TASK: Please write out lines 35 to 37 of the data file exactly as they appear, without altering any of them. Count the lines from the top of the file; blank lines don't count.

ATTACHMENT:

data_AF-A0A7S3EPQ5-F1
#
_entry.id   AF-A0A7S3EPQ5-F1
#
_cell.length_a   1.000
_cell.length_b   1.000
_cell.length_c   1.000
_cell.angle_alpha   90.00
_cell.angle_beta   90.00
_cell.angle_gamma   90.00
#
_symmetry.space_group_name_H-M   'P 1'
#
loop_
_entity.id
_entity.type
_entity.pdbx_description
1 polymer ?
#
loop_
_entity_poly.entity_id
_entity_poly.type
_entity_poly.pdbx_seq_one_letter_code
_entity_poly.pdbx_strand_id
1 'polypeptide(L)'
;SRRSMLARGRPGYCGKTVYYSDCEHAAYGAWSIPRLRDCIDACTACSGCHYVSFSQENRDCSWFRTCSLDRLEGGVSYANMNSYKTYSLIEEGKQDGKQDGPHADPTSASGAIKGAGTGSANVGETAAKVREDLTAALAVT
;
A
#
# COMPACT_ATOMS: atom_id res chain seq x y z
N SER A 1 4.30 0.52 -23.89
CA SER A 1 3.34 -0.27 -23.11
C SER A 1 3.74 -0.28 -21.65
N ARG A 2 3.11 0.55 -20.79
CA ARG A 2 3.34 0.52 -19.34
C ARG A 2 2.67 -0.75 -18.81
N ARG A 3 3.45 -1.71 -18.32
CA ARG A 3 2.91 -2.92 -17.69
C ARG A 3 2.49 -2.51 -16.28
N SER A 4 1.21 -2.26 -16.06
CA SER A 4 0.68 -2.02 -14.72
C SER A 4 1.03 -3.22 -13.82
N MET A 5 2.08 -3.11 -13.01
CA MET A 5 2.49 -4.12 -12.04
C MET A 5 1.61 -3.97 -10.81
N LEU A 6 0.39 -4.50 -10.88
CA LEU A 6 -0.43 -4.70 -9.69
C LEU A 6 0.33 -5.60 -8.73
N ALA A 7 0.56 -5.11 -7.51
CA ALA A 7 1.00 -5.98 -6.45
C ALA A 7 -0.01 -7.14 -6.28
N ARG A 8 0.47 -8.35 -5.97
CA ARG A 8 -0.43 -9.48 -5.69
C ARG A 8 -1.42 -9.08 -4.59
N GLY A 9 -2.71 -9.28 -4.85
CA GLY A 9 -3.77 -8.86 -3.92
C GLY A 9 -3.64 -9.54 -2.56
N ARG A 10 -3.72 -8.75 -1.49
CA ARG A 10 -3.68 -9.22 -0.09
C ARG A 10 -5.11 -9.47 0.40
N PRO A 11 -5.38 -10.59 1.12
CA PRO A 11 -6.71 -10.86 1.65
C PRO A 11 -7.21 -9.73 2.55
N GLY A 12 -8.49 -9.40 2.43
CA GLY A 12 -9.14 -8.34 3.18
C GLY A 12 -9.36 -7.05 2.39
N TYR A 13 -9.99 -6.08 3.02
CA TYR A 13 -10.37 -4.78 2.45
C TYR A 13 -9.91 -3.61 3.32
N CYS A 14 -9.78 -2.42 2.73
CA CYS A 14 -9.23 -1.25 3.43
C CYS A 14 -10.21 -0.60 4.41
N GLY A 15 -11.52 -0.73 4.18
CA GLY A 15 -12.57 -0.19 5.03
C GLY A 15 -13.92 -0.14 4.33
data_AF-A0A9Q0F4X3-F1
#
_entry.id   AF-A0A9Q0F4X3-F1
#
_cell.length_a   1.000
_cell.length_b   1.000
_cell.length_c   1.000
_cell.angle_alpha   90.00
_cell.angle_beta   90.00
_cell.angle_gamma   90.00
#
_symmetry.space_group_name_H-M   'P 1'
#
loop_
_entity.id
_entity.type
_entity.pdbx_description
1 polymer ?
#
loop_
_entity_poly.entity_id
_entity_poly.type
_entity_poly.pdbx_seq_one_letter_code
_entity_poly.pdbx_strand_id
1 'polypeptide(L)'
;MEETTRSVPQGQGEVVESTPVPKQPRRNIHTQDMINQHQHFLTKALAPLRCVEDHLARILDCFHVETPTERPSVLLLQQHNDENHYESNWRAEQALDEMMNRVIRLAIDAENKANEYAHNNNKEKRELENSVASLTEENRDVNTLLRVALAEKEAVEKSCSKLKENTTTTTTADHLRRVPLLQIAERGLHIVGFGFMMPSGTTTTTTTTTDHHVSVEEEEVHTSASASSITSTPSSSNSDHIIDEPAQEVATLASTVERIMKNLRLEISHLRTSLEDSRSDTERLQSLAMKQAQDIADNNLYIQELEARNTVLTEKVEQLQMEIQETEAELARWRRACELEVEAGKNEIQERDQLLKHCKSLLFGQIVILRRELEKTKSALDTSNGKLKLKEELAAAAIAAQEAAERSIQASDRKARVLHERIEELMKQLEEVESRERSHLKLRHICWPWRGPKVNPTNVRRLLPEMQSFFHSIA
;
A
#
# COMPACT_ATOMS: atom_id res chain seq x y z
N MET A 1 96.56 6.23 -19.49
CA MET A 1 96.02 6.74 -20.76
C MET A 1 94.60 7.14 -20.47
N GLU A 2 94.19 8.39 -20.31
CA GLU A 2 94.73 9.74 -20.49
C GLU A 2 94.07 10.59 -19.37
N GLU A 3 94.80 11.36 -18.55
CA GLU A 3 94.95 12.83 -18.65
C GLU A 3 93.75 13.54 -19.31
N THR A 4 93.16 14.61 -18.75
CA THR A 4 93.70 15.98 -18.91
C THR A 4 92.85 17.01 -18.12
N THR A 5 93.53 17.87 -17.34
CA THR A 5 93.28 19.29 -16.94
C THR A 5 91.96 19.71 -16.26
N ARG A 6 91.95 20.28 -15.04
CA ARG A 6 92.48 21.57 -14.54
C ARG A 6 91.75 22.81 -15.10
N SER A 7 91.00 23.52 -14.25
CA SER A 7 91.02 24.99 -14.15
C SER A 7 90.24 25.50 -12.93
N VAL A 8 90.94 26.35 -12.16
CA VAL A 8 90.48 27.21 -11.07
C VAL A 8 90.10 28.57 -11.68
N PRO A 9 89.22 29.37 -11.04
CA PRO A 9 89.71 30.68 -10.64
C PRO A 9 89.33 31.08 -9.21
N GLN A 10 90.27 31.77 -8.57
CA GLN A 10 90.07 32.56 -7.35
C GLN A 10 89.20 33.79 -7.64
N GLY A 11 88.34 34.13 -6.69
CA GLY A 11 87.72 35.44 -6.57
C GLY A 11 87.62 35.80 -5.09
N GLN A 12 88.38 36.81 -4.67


CA ARG A 2 3.34 0.52 -19.34
C ARG A 2 2.67 -0.75 -18.81
N ARG A 3 3.45 -1.71 -18.32